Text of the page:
You know the type.
She's probably called something like
Isabella. Rosalie. Ginevra.
and you find her in the sort of novel where
she's outdone by someone called something like
Jane. Agnes. Lucy.
She's remembered in criticism as
Trivial. Silly. Foolish.
She's defined as Shallow. Vain. False gold.
She's analysed as the mirror, the contrast or the foil
and you're supposed to vaguely dislike her.
She'll reaffirm to the reader that the heroine,
whether she be plain or beautiful, is always, in the end,
Rational. Independent. Brave.
She reaffirms the heroine as someone who
learns and grows
while the silly girl is left looking at herself in the mirror.
The thing is sometimes I feel more like the silly girl,
the girl who needs a hand, the girl who reads books
and wants to believe the stories.
Sometimes, I'm looking in the mirror,
chest deep in my own trivial, silly little worries,
looking at the puddles not the lake, and I know.
I know I'd be one of the silly girls,
not the heroine, out there, just surviving.
I'd be one of those silly girls and I hate it - and yet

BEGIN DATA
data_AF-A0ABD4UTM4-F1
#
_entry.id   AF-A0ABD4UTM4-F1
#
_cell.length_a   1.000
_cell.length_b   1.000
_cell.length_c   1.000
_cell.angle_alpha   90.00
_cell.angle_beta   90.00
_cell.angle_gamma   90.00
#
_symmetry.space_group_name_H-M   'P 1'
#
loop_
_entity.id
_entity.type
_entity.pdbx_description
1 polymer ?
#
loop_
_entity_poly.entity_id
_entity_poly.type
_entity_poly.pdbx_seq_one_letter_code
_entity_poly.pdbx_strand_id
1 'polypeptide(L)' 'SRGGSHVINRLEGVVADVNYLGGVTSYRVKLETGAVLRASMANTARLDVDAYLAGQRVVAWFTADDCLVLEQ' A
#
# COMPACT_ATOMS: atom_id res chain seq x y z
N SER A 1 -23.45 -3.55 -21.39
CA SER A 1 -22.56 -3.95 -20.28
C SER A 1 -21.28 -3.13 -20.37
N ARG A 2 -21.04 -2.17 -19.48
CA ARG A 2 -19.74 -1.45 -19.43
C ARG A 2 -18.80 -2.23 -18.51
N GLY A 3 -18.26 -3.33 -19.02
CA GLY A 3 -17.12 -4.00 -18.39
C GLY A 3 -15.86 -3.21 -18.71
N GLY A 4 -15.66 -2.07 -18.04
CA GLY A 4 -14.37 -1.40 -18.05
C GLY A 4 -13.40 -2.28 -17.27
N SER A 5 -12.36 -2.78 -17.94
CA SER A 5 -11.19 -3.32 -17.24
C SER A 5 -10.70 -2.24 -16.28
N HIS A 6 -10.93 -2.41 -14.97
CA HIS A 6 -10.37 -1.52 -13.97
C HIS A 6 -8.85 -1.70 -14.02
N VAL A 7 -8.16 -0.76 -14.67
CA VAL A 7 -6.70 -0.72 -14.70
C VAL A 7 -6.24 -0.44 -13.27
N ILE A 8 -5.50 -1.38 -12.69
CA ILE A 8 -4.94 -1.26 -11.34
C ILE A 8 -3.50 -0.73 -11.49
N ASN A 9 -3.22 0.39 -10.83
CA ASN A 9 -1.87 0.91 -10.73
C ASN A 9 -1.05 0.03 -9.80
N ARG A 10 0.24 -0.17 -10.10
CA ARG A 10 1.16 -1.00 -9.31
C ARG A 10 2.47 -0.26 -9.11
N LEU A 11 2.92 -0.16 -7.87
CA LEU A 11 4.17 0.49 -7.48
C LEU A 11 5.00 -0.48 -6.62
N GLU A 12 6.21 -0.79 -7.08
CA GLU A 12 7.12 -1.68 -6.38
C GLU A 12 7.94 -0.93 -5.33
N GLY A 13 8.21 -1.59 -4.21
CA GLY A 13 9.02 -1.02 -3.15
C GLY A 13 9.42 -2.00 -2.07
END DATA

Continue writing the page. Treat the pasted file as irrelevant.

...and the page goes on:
- what's so wrong with the silly girls?
What's so wrong with the girls who love themselves,
or love the wrong people or love their clothes?
What's wrong with the girls who are
brave but not rational,
independent but trivial,
selfish but practical?
What's wrong with those girls,
because I always find myself preferring
the Ginevras and the Isabellas anyway.
Basically, Isabella Linton and Ginevra Fanshawe are two of my favourite characters ever :)
Found this poem in the notes on my Kindle. I must have written it late at night, then forgotten about it. :) It's a bit lazy and silly and a bit different from other things I've been writing, but I decided to share it anyway.
I also can't believe that one of my most poems on here is me rambling about Ginevra.